Brussels (Brussels Morning) The long-awaited first meeting of the US-EU Trade and Technology Council (TTC), scheduled for Wednesday, will likely result in a watered-down joint declaration focusing on mitigating short-term chip shortages, France having opposed an initial, more ambitious draft declaration.
At the outset, the meeting was envisaged to be a significant step in repairing the US-EU relationship, following the turbulent four years of Donald Trump presidency. More recently, that was overtaken and overshadowed by the severe fallout in Franco-American relations after France lost a lucrative submarine production deal with Australia to the US and the UK.
Even as relations between Washington and Paris appeared to be improving, with President Emmanuel Macron announcing he would return the French ambassador to the US after having recalled him for consultations, France maintained a cool stance towards the first scheduled TTC meeting, calling for it to be postponed.
Macron was reportedly furious with the US after Australia joined the AUKUS pact, a trilateral military partnership between Canberra, London and Washington, which will see Australia’s submarine fleet upgraded with modern nuclear attack submarines, which are to be produced with aid from the UK and the US.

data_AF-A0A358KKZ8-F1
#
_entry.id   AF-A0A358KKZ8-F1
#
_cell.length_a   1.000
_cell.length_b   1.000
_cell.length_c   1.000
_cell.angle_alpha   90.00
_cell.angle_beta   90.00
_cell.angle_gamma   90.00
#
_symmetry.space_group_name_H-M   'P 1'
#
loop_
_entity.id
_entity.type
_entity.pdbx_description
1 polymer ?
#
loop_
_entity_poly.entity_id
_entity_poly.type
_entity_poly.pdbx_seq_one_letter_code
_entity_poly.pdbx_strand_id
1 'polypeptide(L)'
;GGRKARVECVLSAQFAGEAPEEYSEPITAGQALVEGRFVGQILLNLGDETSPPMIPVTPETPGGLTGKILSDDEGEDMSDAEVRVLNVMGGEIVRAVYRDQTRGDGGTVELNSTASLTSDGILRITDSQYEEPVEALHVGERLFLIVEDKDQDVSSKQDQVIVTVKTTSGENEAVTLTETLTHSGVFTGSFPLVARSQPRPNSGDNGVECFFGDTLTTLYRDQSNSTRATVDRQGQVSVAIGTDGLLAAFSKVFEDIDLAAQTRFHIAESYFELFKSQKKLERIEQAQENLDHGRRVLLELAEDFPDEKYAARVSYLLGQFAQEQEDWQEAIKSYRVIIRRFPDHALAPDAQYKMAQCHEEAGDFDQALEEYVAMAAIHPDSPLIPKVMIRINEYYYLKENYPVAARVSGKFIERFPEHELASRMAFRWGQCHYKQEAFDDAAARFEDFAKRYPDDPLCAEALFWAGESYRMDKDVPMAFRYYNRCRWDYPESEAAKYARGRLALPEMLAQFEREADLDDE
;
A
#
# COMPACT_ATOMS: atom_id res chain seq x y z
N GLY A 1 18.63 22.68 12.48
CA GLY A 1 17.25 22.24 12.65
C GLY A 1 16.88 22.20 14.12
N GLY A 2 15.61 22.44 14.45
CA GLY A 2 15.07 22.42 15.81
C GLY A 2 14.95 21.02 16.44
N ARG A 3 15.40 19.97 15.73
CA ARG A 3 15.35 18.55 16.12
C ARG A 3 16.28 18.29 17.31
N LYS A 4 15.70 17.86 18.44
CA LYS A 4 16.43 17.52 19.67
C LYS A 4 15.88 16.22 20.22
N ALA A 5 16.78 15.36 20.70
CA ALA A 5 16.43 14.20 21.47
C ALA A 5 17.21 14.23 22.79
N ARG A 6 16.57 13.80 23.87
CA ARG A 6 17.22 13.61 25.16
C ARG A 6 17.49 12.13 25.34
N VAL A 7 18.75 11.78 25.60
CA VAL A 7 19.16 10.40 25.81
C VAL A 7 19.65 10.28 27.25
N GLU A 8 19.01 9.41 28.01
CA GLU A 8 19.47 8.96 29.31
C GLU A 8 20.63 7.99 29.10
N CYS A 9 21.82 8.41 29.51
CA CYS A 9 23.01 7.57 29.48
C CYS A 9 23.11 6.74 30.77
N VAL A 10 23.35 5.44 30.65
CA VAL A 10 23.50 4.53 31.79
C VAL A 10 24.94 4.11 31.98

The deal meant Australia would be scrapping its 50 billion dollar contract for the production of 12 conventional attack submarines, which was signed with the French Naval Group shipyard in 2016. At the time, France hailed the deal as a great partnership between the two countries. Subsequently, Macron was more than upset that he was neither consulted nor informed about Australia’s plans walk away from the deal and replace it with AUKUS, a move he denounced as an act of betrayal by countries previously perceived as close allies.
The first TTC meeting was planned to discuss chip shortages, artificial intelligence and tech competition issues, but the most recent draft conclusions, seen by Bloomberg, limited the scope to merely discussing short-term semiconductor supply chain issues. Reportedly, at least one EU member-state is complaining that the draft is getting weaker with each iteration.